Definitely browse the Old Exchange & Provost Dungeon, built in 1771. Major events in South Carolina history took place within its walls. Some with profound repercussions. Once a commercial exchange, custom house, prison (during the Revolutionary War, the British seized the city of Charleston, turning the structure into a torturous jail), post office, city hall and military headquarters, it is now a fascinating museum. Time your arrival to make the most of its elucidating guided tour.
Heyward-Washington House, built in 1772 for Thomas Heyward, Jr., a signer of the Declaration of Independence, is now on the National Register of Historic Places, owned and operated by the Charleston Museum. George Washington stayed here during his 1791 visit to the city. Its garden grows plants popular in late 18th-century Charleston.
Musicians, painters, playwrights, poets and writers moved to Charleston in the 1920s, energizing an artistic Renaissance that lasted through 1940. From across America, creatives — such as Elizabeth O’Neill Verner (called the best-known 20th-century woman artist of South Carolina) and painter-printmaker Alice Ravenel Huger — were drawn to a bohemian ambience, as well as a connection to Charleston’s geography and way of life. One of those who first relocated, notable painter Alfred Hutty, arrived in 1919 from the Midwest to teach at the Carolina Art Association; he wired his wife: “Come quickly, have found heaven.” At the Gibbes Museum of Art, these and other artists significant to the region are lauded.
As much as 40% of enslaved African people entered the 13 colonies and the United States through Charleston. Today, its Old Slave Mart Museum, on the National Register of Historic Places, is a thought-provoking, heart-breaking, eye-opening reminder about the decades between the drafting of the U.S. Constitution and the Civil War, when more than 1,000,000 slaves were bought and force-labored on Southern sugar and cotton plantations.
Public auctions frequently occurred near the former Custom House, now called the Old Exchange building. In 1856, a city ordinance forbade public outdoor slave sales, which relegated the evil practice to private clandestine rooms, markets and yards on Chambers, State and Queen streets. By November 1863, those actions finally ended. Bear witness and support this important museum.
During the 18th century, Charleston was the wealthiest colonial city. Its majestic U.S. Customs House, completed in 1879, was a bustling crossroads. Today, it is on the National Register of Historic Places.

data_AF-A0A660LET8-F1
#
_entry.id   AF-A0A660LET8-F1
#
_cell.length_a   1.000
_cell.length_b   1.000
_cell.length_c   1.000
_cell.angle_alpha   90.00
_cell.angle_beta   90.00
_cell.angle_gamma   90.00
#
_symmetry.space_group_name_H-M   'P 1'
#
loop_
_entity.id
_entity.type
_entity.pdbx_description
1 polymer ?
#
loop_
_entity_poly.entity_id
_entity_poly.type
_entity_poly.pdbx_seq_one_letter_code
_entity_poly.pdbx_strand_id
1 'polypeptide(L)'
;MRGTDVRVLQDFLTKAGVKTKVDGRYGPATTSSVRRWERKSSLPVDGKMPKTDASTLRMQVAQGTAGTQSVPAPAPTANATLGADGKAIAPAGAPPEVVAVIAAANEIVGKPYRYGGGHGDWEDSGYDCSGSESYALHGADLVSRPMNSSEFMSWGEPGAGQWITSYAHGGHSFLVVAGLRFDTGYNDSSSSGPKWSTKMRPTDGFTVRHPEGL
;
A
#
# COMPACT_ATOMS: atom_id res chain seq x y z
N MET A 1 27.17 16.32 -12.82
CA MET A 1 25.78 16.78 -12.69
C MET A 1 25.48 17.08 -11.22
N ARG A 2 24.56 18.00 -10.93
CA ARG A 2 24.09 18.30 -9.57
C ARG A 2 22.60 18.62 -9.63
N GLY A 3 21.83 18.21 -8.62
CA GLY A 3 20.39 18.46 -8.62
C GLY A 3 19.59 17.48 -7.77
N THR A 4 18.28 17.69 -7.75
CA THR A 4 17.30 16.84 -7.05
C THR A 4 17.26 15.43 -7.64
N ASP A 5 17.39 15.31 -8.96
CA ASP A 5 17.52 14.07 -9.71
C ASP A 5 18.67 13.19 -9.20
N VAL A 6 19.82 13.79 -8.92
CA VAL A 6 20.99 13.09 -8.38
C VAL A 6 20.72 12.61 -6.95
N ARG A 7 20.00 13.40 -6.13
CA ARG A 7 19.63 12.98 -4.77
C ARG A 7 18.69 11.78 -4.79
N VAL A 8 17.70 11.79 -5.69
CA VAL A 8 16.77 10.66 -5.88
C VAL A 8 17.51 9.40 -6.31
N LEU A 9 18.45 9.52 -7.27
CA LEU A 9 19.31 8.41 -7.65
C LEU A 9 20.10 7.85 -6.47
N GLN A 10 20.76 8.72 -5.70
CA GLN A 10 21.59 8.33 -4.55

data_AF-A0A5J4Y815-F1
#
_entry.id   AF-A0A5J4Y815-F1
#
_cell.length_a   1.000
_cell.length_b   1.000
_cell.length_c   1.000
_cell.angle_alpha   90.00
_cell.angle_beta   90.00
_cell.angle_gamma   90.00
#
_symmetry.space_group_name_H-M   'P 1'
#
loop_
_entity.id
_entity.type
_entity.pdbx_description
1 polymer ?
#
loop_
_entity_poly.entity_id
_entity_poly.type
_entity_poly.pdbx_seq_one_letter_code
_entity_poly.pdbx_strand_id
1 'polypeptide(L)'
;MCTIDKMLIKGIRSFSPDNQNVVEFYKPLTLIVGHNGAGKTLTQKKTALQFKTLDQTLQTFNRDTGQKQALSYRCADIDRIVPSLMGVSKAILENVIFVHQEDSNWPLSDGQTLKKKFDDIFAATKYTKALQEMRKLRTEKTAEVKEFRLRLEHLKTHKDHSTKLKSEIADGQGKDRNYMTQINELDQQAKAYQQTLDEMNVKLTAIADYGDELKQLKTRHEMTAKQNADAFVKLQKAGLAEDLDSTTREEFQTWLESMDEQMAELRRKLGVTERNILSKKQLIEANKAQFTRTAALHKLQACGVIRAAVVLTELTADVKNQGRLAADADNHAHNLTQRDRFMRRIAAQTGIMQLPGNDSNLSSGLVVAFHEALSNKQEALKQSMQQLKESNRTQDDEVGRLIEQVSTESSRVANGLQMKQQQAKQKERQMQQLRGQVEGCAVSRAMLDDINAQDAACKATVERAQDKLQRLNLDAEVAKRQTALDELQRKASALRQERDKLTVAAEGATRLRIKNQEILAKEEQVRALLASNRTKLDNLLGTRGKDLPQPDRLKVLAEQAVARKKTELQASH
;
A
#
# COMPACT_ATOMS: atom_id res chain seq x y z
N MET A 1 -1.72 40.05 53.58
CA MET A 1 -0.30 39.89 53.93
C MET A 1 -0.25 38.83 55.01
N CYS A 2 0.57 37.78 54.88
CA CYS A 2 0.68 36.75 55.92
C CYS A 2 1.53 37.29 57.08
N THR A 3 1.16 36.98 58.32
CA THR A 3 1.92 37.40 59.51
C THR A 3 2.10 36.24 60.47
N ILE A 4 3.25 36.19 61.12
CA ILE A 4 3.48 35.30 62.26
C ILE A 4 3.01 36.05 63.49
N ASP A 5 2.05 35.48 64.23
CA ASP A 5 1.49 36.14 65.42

About 15 miles north, Middleton Place, also a National Historic Landmark, contains America’s oldest landscaped gardens, as well as raises Belgian draft horses, cashmere goats, guinea hogs, peacocks, sheep and water buffalo. Enjoy demonstrations of blacksmithing, candle-dipping, open-fire cooking, pottery making and weaving.
Across the water from Charleston, Fort Sumter — where the first shots of the United States Civil War were fired — is only accessible to visitors via this national park tour.
This National Park and Civil War landmark contains preserved ruins and an education center helpful for discerning the crisis that America faced.
Personal interactions with park rangers, who describe soldiers, strategies and scenarios involved, make this excursion especially meaningful. On some end-of-day tours, you may be fortunate to join a park ranger who ceremoniously lowers the large United States flag from its tall pole — an emotional activity for many visitors.
Fort Sumter’s location had long been strategically important to its defense. If you are in downtown Charleston, board at Liberty Square near the Aquarium Wharf.
Attend the Best of the Fests
The spectacular Charleston Food & Wine Festival, in its 15th year, next launches March 4 to 8, 2020. Connect with farmers, celeb chefs, beverage experts, accomplished authors, storytellers and artists — as well as other culinary fans.
Spoleto Festival USA, one of the world’s major performance arts programs, will be held May 22 to June 7, 2020. Since 1977, it has produced exceptional dance, choral and chamber music, jazz, opera, symphony and theater shows.
For more Charleston and South Carolina travel tips, go here and here.